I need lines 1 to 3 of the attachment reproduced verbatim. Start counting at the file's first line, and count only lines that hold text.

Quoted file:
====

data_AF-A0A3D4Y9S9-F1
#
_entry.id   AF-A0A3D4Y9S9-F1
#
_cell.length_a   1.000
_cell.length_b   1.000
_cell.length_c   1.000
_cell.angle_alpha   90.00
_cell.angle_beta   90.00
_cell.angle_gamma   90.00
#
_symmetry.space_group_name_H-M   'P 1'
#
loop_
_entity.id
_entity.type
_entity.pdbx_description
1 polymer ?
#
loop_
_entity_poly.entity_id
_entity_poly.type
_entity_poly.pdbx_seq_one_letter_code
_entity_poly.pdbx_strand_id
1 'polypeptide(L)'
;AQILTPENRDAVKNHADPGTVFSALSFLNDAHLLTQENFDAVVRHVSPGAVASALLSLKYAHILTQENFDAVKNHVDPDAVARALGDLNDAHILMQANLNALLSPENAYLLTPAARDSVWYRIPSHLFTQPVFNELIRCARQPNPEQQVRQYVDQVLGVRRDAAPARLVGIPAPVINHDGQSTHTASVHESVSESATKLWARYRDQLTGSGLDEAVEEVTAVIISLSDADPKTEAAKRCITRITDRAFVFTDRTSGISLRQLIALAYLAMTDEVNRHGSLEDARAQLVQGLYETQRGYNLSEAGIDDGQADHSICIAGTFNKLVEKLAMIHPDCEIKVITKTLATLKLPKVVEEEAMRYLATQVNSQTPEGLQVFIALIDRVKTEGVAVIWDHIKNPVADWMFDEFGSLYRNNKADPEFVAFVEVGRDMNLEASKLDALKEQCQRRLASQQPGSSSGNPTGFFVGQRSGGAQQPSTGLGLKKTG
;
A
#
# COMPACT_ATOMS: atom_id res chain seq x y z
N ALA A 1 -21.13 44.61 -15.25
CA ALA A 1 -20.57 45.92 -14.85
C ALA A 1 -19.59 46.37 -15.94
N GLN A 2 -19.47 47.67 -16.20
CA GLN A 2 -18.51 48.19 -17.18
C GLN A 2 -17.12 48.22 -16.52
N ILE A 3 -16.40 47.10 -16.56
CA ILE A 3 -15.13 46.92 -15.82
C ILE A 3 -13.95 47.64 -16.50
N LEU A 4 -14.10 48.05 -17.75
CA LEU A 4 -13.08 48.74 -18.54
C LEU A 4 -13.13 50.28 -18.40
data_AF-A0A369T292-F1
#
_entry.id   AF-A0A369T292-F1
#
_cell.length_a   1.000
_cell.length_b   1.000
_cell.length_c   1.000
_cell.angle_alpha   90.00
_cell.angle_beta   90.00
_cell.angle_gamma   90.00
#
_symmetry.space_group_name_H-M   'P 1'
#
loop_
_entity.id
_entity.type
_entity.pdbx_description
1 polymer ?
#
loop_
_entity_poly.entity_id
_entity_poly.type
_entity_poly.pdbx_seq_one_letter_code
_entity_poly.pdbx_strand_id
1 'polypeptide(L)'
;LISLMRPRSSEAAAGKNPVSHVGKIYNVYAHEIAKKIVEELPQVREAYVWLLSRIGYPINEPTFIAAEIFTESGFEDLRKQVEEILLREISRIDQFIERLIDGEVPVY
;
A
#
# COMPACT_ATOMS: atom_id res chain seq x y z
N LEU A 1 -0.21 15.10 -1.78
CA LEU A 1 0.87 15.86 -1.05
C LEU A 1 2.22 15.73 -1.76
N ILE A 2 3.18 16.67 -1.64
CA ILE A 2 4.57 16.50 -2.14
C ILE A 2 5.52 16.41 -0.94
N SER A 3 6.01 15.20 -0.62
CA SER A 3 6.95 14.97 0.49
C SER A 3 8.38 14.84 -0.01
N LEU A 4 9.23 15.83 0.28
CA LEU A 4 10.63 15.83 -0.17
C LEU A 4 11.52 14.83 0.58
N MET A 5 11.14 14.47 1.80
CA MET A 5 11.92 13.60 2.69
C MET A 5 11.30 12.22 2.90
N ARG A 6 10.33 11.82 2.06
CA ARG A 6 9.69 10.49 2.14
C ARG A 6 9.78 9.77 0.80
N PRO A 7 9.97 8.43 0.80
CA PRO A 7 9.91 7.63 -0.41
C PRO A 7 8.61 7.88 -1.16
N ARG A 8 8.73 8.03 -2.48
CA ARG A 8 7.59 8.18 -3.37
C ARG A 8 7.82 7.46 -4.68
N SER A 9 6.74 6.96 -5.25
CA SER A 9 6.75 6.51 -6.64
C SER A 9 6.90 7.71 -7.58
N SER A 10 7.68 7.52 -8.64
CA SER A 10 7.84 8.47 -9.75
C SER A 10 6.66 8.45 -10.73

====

data_AF-A0A3D4Y9S9-F1
#
_entry.id   AF-A0A3D4Y9S9-F1